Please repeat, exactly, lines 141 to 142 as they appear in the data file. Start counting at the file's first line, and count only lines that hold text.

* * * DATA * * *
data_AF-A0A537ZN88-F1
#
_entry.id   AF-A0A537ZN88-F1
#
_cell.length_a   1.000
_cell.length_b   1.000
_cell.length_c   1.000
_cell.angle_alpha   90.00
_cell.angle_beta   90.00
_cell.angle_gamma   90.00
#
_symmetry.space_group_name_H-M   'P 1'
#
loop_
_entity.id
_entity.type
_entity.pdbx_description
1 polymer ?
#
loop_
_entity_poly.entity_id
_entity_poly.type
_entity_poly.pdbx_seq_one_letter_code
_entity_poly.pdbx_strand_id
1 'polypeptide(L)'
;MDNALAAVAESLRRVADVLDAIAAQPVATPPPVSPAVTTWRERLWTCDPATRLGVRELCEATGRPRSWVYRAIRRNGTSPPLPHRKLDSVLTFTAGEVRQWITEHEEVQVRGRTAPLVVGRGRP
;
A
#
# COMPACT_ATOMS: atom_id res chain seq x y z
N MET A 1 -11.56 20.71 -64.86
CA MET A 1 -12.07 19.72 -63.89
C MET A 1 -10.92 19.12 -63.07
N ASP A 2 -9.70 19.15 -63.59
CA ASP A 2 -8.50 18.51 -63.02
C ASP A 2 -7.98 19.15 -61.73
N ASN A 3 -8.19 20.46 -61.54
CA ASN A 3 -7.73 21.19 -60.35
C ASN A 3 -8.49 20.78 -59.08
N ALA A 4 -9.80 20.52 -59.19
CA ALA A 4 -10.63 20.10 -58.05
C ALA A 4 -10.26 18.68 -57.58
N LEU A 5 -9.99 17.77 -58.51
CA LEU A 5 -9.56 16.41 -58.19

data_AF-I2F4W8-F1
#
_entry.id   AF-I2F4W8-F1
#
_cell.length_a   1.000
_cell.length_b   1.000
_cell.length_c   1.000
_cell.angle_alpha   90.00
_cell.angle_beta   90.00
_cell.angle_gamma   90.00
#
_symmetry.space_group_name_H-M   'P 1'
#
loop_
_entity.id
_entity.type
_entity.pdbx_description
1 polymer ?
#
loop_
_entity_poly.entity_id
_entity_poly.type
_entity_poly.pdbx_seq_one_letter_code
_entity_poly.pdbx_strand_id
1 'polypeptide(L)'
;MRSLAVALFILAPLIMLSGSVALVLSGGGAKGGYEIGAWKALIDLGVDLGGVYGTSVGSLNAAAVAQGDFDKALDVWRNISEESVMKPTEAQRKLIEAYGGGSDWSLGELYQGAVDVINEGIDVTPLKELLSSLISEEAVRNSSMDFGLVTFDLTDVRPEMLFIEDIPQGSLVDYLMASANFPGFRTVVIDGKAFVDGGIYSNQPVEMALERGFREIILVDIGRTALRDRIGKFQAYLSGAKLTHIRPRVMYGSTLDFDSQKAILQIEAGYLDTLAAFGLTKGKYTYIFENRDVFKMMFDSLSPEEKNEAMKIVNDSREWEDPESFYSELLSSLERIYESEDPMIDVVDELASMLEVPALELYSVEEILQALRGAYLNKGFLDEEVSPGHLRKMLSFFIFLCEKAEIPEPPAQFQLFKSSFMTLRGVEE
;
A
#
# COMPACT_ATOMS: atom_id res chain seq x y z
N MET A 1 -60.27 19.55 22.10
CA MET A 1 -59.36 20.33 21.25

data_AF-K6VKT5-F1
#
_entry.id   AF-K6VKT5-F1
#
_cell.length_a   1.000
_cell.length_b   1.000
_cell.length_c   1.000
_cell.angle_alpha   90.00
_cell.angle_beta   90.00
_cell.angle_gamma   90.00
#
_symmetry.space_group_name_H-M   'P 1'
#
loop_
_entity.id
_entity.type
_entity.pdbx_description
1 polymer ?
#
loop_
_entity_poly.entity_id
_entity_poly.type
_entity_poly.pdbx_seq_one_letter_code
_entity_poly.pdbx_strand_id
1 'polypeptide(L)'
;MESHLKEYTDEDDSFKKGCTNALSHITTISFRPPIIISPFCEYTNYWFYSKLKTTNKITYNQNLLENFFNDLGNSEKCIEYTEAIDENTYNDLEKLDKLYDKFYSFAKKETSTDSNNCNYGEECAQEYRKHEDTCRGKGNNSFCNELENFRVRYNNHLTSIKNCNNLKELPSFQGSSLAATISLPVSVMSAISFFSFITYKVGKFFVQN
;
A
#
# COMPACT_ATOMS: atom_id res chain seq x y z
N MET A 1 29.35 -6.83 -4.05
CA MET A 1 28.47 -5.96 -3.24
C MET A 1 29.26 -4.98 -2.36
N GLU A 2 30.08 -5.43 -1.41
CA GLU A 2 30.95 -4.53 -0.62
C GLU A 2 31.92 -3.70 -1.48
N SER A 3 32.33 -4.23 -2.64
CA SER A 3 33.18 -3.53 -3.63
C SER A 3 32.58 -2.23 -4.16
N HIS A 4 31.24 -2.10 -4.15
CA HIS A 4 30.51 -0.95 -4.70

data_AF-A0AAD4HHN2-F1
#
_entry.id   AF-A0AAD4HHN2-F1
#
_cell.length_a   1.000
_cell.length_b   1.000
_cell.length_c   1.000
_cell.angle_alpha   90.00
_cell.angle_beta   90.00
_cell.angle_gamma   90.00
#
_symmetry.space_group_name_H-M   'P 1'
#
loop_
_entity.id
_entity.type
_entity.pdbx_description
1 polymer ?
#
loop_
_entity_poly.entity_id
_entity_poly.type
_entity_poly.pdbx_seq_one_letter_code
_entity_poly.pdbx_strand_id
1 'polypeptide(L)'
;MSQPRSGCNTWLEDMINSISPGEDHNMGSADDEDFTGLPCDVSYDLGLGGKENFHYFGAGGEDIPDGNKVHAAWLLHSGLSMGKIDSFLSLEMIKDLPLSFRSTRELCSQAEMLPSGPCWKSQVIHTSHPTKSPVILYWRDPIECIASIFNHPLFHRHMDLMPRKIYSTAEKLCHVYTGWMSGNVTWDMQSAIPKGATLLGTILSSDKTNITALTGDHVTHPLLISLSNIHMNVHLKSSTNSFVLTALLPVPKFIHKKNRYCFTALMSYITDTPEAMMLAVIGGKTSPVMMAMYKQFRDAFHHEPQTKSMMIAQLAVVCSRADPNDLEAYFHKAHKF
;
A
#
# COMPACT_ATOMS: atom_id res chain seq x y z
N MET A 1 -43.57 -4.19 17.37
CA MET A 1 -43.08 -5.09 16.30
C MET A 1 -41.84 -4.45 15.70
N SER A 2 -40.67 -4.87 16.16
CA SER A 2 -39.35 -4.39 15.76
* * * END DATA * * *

_entity_poly.pdbx_strand_id
1 'polypeptide(L)'